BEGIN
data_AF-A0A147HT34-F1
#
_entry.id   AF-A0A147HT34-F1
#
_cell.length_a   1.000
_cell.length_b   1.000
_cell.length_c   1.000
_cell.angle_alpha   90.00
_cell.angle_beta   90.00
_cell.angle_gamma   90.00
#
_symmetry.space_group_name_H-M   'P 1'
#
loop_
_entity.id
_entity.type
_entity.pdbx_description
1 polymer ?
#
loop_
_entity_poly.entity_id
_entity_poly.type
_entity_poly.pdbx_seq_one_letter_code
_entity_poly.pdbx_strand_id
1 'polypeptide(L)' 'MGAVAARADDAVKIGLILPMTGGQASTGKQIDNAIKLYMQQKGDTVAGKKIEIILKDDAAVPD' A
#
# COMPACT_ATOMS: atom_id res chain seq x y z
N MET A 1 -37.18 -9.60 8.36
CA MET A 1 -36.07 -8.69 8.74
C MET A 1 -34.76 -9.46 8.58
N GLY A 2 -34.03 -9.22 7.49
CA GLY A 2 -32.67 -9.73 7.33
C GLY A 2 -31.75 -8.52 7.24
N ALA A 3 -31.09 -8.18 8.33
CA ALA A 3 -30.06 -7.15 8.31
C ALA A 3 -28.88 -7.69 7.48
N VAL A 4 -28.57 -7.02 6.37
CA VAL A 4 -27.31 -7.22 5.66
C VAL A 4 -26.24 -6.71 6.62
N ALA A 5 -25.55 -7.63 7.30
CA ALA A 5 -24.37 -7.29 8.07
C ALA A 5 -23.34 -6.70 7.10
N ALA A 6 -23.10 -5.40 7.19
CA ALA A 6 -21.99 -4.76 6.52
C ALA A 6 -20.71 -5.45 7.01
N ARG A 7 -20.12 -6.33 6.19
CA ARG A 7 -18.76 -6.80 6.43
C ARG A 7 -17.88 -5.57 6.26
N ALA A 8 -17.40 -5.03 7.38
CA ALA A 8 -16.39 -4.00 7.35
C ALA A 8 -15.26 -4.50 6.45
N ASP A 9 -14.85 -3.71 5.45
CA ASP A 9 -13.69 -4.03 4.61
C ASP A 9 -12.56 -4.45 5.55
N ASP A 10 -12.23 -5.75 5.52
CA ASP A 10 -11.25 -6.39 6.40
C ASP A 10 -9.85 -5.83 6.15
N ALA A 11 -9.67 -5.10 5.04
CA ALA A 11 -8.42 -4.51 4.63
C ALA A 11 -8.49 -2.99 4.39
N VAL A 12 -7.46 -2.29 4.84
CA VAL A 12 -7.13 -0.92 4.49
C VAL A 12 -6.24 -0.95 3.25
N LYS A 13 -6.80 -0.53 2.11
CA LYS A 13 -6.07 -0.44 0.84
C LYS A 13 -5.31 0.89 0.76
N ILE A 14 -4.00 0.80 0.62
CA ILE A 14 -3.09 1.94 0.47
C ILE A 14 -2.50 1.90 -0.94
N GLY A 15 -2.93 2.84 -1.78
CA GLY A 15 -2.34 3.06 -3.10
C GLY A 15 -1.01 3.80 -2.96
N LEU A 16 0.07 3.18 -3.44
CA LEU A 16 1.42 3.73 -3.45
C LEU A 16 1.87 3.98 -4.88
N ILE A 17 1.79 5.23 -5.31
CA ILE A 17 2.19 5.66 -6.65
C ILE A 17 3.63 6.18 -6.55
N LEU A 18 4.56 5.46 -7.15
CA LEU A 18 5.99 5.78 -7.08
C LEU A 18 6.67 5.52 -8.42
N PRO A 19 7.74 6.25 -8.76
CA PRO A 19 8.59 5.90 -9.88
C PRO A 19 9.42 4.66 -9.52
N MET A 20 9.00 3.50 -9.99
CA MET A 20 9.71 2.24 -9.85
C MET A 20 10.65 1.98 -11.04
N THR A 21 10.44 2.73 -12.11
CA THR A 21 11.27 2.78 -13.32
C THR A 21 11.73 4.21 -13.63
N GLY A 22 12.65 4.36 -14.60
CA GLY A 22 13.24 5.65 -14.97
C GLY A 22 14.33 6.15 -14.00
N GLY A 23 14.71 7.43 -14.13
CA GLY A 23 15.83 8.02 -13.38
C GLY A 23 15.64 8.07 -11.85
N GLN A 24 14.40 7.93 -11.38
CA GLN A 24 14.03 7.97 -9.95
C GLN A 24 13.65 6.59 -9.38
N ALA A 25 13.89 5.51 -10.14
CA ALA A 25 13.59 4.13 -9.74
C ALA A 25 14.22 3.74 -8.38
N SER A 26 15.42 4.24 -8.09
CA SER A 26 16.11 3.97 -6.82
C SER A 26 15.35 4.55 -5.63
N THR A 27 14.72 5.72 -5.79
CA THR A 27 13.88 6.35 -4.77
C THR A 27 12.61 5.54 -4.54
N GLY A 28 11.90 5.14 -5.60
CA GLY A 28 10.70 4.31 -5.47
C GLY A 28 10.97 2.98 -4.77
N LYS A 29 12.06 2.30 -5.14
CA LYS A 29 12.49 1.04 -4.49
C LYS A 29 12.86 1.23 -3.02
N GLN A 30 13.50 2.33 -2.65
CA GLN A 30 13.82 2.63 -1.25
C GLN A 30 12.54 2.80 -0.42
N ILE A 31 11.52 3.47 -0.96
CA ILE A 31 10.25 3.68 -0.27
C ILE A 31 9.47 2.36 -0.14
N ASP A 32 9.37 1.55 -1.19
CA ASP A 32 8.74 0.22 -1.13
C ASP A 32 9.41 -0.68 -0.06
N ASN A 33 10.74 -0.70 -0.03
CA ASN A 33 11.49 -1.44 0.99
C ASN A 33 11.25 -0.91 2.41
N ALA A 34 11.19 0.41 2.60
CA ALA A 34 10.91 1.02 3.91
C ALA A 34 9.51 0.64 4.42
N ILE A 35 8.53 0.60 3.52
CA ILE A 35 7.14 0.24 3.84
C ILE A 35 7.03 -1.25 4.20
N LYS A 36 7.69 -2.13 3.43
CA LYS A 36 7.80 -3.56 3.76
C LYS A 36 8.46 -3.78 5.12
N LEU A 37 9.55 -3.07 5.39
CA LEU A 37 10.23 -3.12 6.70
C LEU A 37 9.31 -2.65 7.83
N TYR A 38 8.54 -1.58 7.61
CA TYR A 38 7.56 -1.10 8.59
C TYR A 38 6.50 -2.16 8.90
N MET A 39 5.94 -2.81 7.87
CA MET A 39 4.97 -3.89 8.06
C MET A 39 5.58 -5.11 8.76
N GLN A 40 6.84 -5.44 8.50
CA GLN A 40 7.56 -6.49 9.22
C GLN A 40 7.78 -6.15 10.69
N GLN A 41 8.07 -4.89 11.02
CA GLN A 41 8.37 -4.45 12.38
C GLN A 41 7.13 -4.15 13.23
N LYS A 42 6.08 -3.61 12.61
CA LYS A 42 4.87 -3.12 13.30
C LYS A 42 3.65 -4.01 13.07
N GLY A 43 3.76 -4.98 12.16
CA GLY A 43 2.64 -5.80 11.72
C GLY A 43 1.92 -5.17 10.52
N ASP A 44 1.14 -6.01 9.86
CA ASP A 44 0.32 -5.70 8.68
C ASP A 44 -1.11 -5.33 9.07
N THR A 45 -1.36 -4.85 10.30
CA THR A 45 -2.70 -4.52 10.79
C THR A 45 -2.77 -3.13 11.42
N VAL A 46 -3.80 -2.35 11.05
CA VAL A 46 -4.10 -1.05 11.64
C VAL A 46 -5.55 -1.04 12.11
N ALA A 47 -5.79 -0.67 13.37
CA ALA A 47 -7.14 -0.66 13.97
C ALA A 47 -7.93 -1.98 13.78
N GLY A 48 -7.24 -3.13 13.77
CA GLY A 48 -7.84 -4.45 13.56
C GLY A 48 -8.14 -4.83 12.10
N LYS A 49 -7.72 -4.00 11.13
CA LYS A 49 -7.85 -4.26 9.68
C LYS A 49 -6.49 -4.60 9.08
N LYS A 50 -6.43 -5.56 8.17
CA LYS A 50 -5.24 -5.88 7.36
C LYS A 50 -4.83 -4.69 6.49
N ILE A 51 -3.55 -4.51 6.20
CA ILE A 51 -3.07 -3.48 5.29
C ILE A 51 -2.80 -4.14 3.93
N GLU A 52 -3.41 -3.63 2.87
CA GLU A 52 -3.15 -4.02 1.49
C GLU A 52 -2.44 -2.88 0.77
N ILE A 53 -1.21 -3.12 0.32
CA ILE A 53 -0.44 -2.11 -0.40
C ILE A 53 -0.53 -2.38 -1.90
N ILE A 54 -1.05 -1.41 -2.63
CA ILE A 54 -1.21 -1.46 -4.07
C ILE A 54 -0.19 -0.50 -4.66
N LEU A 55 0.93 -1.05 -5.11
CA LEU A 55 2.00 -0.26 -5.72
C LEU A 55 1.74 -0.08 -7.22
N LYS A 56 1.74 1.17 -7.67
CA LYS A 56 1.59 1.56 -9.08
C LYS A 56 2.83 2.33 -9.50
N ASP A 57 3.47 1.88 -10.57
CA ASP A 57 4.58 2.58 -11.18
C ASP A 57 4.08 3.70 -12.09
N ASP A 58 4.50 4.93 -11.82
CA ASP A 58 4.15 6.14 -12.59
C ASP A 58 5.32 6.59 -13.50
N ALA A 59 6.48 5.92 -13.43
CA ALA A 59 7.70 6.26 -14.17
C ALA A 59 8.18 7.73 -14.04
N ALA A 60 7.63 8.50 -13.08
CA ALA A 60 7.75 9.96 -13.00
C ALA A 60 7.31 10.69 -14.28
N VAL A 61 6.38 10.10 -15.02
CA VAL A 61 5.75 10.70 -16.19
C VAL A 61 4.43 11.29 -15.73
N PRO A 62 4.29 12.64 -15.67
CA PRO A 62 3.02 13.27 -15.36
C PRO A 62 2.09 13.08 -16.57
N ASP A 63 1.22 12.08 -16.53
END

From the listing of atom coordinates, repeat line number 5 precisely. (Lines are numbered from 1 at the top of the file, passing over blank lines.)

_cell.length_a   1.000